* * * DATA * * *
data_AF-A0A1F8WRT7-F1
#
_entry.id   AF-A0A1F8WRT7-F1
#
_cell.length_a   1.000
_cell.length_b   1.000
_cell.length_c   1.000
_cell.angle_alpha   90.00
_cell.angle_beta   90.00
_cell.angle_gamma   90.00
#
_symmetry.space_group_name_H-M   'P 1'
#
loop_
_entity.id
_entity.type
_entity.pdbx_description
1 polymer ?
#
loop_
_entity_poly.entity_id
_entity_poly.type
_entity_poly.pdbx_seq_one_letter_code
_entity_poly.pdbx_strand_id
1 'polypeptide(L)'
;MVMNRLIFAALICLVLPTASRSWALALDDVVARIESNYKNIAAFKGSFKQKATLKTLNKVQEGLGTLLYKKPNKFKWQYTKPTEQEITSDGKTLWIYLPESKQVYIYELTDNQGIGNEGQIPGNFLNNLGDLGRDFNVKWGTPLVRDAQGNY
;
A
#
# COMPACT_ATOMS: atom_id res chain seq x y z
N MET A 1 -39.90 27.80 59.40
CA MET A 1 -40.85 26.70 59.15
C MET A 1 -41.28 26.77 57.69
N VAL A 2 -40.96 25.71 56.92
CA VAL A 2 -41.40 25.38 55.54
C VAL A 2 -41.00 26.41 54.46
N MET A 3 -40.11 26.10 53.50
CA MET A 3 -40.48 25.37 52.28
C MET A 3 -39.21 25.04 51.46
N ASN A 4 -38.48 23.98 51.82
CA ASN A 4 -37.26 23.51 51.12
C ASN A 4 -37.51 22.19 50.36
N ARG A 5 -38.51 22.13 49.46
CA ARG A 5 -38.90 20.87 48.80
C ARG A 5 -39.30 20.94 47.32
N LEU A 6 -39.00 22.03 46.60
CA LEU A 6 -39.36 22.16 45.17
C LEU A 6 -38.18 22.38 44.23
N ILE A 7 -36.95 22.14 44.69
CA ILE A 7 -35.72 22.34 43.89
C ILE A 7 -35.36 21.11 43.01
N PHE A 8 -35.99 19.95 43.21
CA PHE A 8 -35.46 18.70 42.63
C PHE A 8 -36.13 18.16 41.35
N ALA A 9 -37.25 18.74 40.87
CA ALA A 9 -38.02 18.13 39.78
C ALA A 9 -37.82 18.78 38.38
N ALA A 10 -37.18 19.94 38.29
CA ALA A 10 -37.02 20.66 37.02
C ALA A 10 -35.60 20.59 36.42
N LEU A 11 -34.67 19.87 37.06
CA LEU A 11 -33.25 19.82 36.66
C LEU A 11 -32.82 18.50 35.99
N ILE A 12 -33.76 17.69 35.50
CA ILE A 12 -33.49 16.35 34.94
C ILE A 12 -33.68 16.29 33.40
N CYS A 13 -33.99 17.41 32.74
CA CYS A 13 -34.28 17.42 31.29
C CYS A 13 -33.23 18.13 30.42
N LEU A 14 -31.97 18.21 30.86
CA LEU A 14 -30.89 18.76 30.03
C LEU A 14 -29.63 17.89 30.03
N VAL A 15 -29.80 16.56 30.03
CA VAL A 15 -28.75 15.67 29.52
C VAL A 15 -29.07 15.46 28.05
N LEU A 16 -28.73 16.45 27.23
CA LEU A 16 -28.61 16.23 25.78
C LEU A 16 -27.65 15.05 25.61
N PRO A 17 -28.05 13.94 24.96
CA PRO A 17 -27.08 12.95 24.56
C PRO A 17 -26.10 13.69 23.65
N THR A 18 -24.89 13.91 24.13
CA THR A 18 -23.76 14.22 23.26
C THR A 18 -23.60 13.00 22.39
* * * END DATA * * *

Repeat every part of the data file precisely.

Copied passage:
data_AF-A0A1F8WRT7-F1
#
_entry.id   AF-A0A1F8WRT7-F1
#
_cell.length_a   1.000
_cell.length_b   1.000
_cell.length_c   1.000
_cell.angle_alpha   90.00
_cell.angle_beta   90.00
_cell.angle_gamma   90.00
#
_symmetry.space_group_name_H-M   'P 1'
#
loop_
_entity.id
_entity.type
_entity.pdbx_description
1 polymer ?
#
loop_
_entity_poly.entity_id
_entity_poly.type
_entity_poly.pdbx_seq_one_letter_code
_entity_poly.pdbx_strand_id
1 'polypeptide(L)'
;MVMNRLIFAALICLVLPTASRSWALALDDVVARIESNYKNIAAFKGSFKQKATLKTLNKVQEGLGTLLYKKPNKFKWQYTKPTEQEITSDGKTLWIYLPESKQVYIYELTDNQGIGNEGQIPGNFLNNLGDLGRDFNVKWGTPLVRDAQGNY
;
A
#
# COMPACT_ATOMS: atom_id res chain seq x y z
N MET A 1 -39.90 27.80 59.40
CA MET A 1 -40.85 26.70 59.15
C MET A 1 -41.28 26.77 57.69
N VAL A 2 -40.96 25.71 56.92
CA VAL A 2 -41.40 25.38 55.54
C VAL A 2 -41.00 26.41 54.46
N MET A 3 -40.11 26.10 53.50
CA MET A 3 -40.48 25.37 52.28
C MET A 3 -39.21 25.04 51.46
N ASN A 4 -38.48 23.98 51.82
CA ASN A 4 -37.26 23.51 51.12
C ASN A 4 -37.51 22.19 50.36
N ARG A 5 -38.51 22.13 49.46
CA ARG A 5 -38.90 20.87 48.80
C ARG A 5 -39.30 20.94 47.32
N LEU A 6 -39.00 22.03 46.60
CA LEU A 6 -39.36 22.16 45.17
C LEU A 6 -38.18 22.38 44.23
N ILE A 7 -36.95 22.14 44.69
CA ILE A 7 -35.72 22.34 43.89
C ILE A 7 -35.36 21.11 43.01
N PHE A 8 -35.99 19.95 43.21
CA PHE A 8 -35.46 18.70 42.63
C PHE A 8 -36.13 18.16 41.35
N ALA A 9 -37.25 18.74 40.87
CA ALA A 9 -38.02 18.13 39.78
C ALA A 9 -37.82 18.78 38.38
N ALA A 10 -37.18 19.94 38.29
CA ALA A 10 -37.02 20.66 37.02
C ALA A 10 -35.60 20.59 36.42
N LEU A 11 -34.67 19.87 37.06
CA LEU A 11 -33.25 19.82 36.66
C LEU A 11 -32.82 18.50 35.99
N ILE A 12 -33.76 17.69 35.50
CA ILE A 12 -33.49 16.35 34.94
C ILE A 12 -33.68 16.29 33.40
N CYS A 13 -33.99 17.41 32.74
CA CYS A 13 -34.28 17.42 31.29
C CYS A 13 -33.23 18.13 30.42
N LEU A 14 -31.97 18.21 30.86
CA LEU A 14 -30.89 18.76 30.03
C LEU A 14 -29.63 17.89 30.03
N VAL A 15 -29.80 16.56 30.03
CA VAL A 15 -28.75 15.67 29.52
C VAL A 15 -29.07 15.46 28.05
N LEU A 16 -28.73 16.45 27.23
CA LEU A 16 -28.61 16.23 25.78
C LEU A 16 -27.65 15.05 25.61
N PRO A 17 -28.05 13.94 24.96
CA PRO A 17 -27.08 12.95 24.56
C PRO A 17 -26.10 13.69 23.65
N THR A 18 -24.89 13.91 24.13
CA THR A 18 -23.76 14.22 23.26
C THR A 18 -23.60 13.00 22.39